World

Beijing prepares for any terrorist threats to Olympics

BEIJING — Health officials said Wednesday that they were prepared for an array of nightmare terrorist attacks on the Beijing Summer Olympic Games, ranging from anthrax and black plague to radiological "dirty bombs."

"We have already made full preparations," Jin Dapeng, the head of medical security for the Olympic Games, said at a news briefing.

Jin said medical teams were undergoing training on how to deal with radiation and biological attack, and that squads could test for 10 biological toxins quickly should an attack be suspected.

Authorities have given no indication that extremist groups intend to target the Summer Games in Beijing, where security will be tight, but experts say that the Olympics always draw a lot of spectators and are an attractive target for global terrorists.

Some 500,000 foreigners are expected to visit Beijing for the event.

Security officials already are implementing a number of precautions around the capital, including removing doors from stalls at 200 public toilets near venues for the games.

By the end of June, security agents will have put metal detectors at all subway stations and will randomly frisk some riders, sweep handheld detectors over others and deploy dog patrols along platforms. Subway passengers won't be able to carry liquids past checkpoints. Some 1.5 million people ride the subway every day.

One of Beijing's five subway lines suspended operations twice during Wednesday evening rush hour, once for half an hour, and some passengers feared that a terrorist attack was the cause. But the state news agency, Xinhua, quoted officials as saying that "signal failure" was the reason.

Tens of thousands of surveillance cameras dot the city, and some 94,000 police officers will be deployed to ensure safety during the games Aug. 8-24.

Jin said that 156 first aid stations would be scattered around the capital of 16 million people, with 24 hospitals designated to deal with any Olympics-related health emergency.

He declined to say whether authorities had gathered any evidence identifying possible plots during the games, indicating instead that Beijing would try to smash any plot.

"Prevention is the most important thing," Jin said. "We've got all the pre-plans in place. These plans involve all kinds of agencies and departments in addition to the Health Department."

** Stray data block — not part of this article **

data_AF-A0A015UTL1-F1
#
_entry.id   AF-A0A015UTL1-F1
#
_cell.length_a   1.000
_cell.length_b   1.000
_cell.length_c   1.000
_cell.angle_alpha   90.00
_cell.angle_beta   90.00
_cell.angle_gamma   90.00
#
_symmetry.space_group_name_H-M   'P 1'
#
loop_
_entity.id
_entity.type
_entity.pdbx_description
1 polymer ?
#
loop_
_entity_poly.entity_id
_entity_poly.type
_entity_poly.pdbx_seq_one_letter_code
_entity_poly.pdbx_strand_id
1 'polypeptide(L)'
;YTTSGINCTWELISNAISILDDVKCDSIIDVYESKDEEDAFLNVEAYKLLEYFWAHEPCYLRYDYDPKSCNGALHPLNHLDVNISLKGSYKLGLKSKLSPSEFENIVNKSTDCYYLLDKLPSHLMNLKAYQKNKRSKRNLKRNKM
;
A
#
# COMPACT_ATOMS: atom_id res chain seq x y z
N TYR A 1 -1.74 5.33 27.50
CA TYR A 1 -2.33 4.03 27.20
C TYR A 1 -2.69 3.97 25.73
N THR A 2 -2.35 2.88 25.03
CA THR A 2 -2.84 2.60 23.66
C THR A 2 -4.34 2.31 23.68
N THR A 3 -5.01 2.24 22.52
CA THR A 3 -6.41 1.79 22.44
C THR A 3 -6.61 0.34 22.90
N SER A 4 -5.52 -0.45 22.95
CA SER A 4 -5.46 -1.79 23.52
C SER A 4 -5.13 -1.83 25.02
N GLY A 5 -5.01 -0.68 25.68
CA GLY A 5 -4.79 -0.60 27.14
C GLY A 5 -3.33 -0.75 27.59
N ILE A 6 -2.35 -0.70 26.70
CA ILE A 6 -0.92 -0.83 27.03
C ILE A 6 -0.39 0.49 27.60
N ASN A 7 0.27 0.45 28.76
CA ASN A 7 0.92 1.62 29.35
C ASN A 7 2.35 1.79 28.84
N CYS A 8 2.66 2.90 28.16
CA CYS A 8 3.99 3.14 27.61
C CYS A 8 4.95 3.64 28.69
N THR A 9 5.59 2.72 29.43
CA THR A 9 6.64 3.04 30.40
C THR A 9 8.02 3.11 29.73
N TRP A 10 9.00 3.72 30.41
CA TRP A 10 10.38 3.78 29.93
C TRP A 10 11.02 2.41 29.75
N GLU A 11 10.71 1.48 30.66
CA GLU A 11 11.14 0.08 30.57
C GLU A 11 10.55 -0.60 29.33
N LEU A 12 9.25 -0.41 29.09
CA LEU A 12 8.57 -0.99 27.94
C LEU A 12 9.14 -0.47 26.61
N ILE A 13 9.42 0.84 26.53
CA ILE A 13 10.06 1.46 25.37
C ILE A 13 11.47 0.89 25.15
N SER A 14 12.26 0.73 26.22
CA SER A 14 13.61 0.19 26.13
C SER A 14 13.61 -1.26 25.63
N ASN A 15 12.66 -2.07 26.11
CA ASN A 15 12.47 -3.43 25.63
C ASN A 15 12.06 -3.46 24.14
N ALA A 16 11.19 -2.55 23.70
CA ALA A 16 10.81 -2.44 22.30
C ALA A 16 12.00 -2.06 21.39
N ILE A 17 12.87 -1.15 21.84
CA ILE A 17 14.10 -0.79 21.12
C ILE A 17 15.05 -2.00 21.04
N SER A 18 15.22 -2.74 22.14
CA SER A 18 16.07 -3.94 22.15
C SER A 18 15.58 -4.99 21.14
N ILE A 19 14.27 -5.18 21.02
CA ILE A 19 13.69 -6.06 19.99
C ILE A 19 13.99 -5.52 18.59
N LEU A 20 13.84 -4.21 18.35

Earlier this month, the security chief for the games, Tian Yixiang, was quoted in state news media as saying that the greatest threat to the games comes from Muslim radicals under the banner of the outlawed East Turkestan Islamic Movement, Tibetan separatists and the banned Falun Gong religious sect.

He said any of the three groups "may try to disrupt and sabotage the smooth holding of the Olympic Games by various means or even by some extreme means of violence."

Dissidents say that China is playing up the terrorist threat to justify a crackdown on restive groups such as Tibetans in the southwest and Muslim Uighurs in the far west, although Interpol and the Bush administration have said that the games are a potential target for attack.

Last week, the U.N. nuclear agency, headquartered in Vienna, Austria, said its experts had provided Chinese authorities with simulated exercises to detect radiological attacks, and that small radiation detectors would be installed at various Olympic venues.

While terrorists have never used a "dirty bomb" before, in which a conventional explosive is used to spread radioactive material around an urban area, security experts fear that they may try to one day. Such an attack could have a huge psychological impact and serious economic consequences, due to radiation hazards in contaminated areas.

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